Highly recommended to me yesterday was an ebook about genetic history and migration flow which has produced the Scots, which I am now reading. The Scots: A genetic journey, a very easy fascinating read.

We have a huge length of IT wires and gadgets with us. W doing a lot of photography of conference peoples, and using his laptop to photoshop and send on. I have worked out how to get my photos from the Sony Bridge Camera into my ipad (needs a Camera Connection Kit and a powered hub to achieve), and then available for WordPress play and also uploading to Flickr for safekeeping and viewing. The iOs Photos and Flickr uploaders are awful and erratic. Now having success with CameraSync App. Happy now.

Another Cable Car Journey tomorrow to Lombard Street, The Crookedest Street in the world…….

Dinner Thursday 31 Mar

We booked the Kin Khao Restaurant from Brisbane before leaving. It is situated in the hotel complex, meaning no distance walking for the 79 year old in our group, as well as being W’s favorite Asian/Thai food. It scored 250 out of San Francisco’s 4,380 restaurants, which seemed pretty good.

Pre-dinner drinks was also situated at the hotel’s Cable 55 Bar. The view from two huge picture windows over/into the street adjacent is mesmerizing, with classic San Fran street lamps framing…..

We’re coming in, Captain!


Beam us up, Scotty! we are finally repixellating after about 28 hours travelling. Our plane from Sydney to SF was four and a half hours late leaving due to Qantas plane “breakdown” in LA the day before,  followed by thirteen and a half hours sitting next to a man with a severe cold, which W now has. W has started his wall to wall meetings prior to the Conference proper starting tomorrow. Jordie is on his way from Fijii, and will arrive later today. We are all dining with a revered veteran colleague of W’s tonight at the hotel’s (Parc 55) Kin Khao Thai restaurant.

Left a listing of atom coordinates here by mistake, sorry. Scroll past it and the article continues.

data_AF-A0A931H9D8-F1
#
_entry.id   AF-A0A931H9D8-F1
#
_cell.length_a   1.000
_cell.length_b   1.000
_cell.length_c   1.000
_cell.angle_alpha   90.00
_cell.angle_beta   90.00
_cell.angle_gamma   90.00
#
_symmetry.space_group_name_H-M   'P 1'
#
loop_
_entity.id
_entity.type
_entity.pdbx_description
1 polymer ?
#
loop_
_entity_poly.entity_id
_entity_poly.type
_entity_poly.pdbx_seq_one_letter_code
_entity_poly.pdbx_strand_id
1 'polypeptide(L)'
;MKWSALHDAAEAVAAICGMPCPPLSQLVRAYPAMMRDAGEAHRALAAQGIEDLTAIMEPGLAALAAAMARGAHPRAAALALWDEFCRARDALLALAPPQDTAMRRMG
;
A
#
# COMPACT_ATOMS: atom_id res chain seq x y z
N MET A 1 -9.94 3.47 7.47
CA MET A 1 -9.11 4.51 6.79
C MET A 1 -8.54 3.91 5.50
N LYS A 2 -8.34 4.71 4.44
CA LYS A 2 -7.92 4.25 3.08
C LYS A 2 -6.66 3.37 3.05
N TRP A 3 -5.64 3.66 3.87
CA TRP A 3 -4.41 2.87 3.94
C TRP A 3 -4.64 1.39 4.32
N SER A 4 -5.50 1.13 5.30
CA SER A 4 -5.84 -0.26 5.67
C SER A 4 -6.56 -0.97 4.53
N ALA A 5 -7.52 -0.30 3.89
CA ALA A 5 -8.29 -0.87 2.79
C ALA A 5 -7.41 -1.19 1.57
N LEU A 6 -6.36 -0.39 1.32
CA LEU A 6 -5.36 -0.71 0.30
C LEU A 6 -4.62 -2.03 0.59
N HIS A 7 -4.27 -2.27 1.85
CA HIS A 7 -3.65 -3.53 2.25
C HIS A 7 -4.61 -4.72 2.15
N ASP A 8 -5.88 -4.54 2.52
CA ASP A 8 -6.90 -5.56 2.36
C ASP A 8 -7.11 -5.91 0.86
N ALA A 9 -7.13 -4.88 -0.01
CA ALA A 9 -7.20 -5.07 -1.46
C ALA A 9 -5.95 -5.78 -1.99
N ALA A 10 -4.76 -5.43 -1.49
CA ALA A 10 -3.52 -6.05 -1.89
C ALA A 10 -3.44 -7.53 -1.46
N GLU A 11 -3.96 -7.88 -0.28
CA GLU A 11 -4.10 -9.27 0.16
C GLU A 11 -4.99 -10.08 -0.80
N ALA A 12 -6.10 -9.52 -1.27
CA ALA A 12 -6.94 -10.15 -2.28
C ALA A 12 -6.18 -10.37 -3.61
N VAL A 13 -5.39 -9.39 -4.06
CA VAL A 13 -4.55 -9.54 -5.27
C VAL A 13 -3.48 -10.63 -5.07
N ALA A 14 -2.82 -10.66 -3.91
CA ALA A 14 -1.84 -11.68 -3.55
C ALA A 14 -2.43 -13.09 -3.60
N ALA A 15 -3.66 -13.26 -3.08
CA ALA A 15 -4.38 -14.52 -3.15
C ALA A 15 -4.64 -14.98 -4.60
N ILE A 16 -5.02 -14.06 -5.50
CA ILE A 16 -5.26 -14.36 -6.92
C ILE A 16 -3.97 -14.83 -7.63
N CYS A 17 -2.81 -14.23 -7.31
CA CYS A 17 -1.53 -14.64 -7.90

Yesterday bought a few groceries at a little shop about 200 metres from the hotel which clearly had several not very well-off African Americans outside and inside shop. The shop lady suggested when I left to only turn right, never left, never return at night, not respond to requests for change, but she would have apples and bananas in a couple of days. Later shopped at Westfield a block in the other direction. Worst of being OS, so many countries don’t have our basic welfare system.

Have had a severe disturbance to my ipad with Apple’s latest ios update corrupting all major browsers, preventing use of any links within them, without even downloading it. Waiting, waiting, for the promised fix for ? millions of people. Meantime, am using a low data little browser called Puffin, very grateful. Walked to the Apple shop yesterday and bought a powered hub to assist with loading photos from the Sony camera to my ipad. Always IT issues to resolve.

Foraying out later to to find Codral Cold and tabs, then walk to Union Square.

Posting photos to travel album on Flickr….

So reassuring to see some of my best Peeps at home….DE961471-3F3C-4989-87A8-CE8E9CFC98DA

Night view from our window, 32nd floor
Night view from our window, 32nd floor



Tribute to Annie Lawrie

Traditional naming patterns
Scots often named children by following a simple set of rules:

1st son named after father’s father
2nd son named after mother’s father
3rd son named after father
1st daughter named after mother’s mother
2nd daughter named after father’s mother
3rd daughter named after mother

I understand from cousin G that the naming of he and his brother in his family was in traditional Scots manner, inevitable no doubt with the confluence of two Scots families.

Mum, the third daughter in her family, however, was supposed to be named for her mother’s sister, Anne Brown Lawrie following her birth at home in Ipswich? She related to me that my Granmother, Susan, sent her husband George down into town to register her birth. By the time he got there, he inadvertantly used the familiar form of Annie, registering her as Annie Lawrie Halley. Impossible to know now how much consternation there was about this with Granma who adored the sister who had raised her, but whom she was never to see again after their separate migrations. Also impossible to know if his error was due their day to day referring to the beloved sister as Annie, or whether he had the beautiful song Annie Laurie in his mind…….